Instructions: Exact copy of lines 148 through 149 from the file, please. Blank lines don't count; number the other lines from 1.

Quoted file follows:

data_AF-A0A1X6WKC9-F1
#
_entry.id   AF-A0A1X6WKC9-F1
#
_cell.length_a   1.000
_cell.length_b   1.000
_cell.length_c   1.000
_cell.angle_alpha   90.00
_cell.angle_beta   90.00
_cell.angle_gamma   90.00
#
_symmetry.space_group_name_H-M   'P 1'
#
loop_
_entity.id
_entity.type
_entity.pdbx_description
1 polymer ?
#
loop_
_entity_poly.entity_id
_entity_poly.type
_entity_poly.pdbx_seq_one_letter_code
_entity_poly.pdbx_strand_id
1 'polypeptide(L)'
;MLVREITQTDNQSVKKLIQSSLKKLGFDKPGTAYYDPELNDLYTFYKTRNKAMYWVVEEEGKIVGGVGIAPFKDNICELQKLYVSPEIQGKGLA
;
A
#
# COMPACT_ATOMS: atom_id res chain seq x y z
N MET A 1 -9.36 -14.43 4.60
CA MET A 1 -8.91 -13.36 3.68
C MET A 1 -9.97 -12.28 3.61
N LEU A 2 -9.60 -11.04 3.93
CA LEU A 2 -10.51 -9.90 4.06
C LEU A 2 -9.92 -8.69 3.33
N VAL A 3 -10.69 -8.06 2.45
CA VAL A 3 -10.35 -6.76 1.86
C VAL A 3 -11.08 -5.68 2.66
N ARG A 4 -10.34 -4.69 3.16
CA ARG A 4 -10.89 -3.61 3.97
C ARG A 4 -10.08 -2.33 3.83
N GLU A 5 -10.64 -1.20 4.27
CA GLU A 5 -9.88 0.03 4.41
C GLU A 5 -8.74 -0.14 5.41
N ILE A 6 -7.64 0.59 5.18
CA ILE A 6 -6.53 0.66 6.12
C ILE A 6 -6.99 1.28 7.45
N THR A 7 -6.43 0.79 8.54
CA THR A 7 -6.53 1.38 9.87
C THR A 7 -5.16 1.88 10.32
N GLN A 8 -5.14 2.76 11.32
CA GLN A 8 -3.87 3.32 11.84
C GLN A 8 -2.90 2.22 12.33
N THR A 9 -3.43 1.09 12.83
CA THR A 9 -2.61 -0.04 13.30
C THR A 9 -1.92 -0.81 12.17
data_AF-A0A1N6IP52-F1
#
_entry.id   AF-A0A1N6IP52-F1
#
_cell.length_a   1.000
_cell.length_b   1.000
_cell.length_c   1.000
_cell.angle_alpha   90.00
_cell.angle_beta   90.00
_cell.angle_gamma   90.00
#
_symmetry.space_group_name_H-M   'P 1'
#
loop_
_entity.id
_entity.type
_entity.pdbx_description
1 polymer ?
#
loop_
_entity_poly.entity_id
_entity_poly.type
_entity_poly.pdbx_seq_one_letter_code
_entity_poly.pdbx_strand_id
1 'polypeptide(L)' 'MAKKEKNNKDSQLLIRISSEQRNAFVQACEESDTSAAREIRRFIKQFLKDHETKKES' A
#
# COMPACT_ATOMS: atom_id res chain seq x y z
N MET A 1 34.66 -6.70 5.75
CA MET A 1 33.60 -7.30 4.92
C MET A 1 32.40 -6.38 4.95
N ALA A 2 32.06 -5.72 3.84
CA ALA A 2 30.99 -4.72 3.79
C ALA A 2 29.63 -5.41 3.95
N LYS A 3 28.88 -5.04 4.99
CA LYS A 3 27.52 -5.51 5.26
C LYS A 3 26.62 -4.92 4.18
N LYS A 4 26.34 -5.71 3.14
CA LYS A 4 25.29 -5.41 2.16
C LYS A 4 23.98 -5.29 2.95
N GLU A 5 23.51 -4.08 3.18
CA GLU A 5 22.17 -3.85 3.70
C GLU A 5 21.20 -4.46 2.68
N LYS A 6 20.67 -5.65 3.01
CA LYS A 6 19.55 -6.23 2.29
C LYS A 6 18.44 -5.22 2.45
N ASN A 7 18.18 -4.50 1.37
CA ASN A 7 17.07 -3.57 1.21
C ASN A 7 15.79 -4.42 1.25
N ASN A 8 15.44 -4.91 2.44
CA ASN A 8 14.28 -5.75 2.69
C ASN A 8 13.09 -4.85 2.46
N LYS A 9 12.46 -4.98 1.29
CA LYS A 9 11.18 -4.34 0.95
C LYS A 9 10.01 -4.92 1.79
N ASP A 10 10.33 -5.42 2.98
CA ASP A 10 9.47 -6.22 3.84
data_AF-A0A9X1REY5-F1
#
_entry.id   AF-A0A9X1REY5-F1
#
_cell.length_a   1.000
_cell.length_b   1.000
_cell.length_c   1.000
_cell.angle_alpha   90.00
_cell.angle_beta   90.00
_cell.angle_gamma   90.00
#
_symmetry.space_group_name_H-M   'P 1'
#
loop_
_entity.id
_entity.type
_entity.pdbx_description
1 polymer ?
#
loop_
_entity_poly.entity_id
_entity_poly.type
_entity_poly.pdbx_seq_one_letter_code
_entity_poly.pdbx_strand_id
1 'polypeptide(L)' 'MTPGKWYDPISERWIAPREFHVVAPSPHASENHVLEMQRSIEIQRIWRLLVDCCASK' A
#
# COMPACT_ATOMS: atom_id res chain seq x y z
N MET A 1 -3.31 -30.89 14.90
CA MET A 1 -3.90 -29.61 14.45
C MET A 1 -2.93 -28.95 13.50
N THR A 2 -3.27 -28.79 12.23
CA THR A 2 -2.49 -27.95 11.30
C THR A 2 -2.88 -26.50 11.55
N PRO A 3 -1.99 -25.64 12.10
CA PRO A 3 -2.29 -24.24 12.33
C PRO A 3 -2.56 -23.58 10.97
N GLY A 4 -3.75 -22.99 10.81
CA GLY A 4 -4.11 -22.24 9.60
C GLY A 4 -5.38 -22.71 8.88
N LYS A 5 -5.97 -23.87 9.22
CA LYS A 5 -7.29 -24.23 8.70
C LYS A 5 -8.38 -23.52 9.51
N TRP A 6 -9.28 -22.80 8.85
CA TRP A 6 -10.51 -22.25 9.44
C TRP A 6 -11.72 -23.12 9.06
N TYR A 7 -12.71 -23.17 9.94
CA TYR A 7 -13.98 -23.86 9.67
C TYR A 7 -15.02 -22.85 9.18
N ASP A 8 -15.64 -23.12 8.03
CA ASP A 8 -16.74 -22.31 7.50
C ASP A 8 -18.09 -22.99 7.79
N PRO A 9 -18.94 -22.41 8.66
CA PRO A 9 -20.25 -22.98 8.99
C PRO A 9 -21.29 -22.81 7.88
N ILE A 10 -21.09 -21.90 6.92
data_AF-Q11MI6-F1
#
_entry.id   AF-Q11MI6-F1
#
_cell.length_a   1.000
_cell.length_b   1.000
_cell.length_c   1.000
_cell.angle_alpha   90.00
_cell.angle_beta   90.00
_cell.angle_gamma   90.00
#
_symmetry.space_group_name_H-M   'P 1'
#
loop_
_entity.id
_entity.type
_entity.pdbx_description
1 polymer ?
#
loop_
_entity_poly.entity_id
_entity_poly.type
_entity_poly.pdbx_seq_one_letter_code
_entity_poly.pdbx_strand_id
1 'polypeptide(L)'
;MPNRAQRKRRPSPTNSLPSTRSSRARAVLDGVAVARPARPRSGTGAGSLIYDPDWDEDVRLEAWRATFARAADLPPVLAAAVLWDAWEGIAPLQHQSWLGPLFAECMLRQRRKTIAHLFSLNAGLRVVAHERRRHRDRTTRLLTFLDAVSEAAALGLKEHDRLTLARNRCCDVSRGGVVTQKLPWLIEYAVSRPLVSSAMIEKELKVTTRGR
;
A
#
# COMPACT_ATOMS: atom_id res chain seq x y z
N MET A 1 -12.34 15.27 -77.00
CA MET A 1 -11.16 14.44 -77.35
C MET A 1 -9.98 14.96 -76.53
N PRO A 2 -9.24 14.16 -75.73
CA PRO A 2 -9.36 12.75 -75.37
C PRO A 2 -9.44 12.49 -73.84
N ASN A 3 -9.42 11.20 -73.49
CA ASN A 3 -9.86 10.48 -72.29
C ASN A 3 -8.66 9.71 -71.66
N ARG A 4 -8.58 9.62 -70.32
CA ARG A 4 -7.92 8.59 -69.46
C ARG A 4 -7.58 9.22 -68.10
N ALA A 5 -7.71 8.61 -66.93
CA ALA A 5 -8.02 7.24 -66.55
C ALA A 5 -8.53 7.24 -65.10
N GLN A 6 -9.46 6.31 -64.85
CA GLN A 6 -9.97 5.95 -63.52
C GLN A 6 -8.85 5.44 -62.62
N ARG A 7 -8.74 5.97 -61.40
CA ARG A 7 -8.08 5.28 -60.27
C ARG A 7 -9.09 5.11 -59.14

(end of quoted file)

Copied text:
CA PRO A 3 -2.29 -24.24 12.33
C PRO A 3 -2.56 -23.58 10.97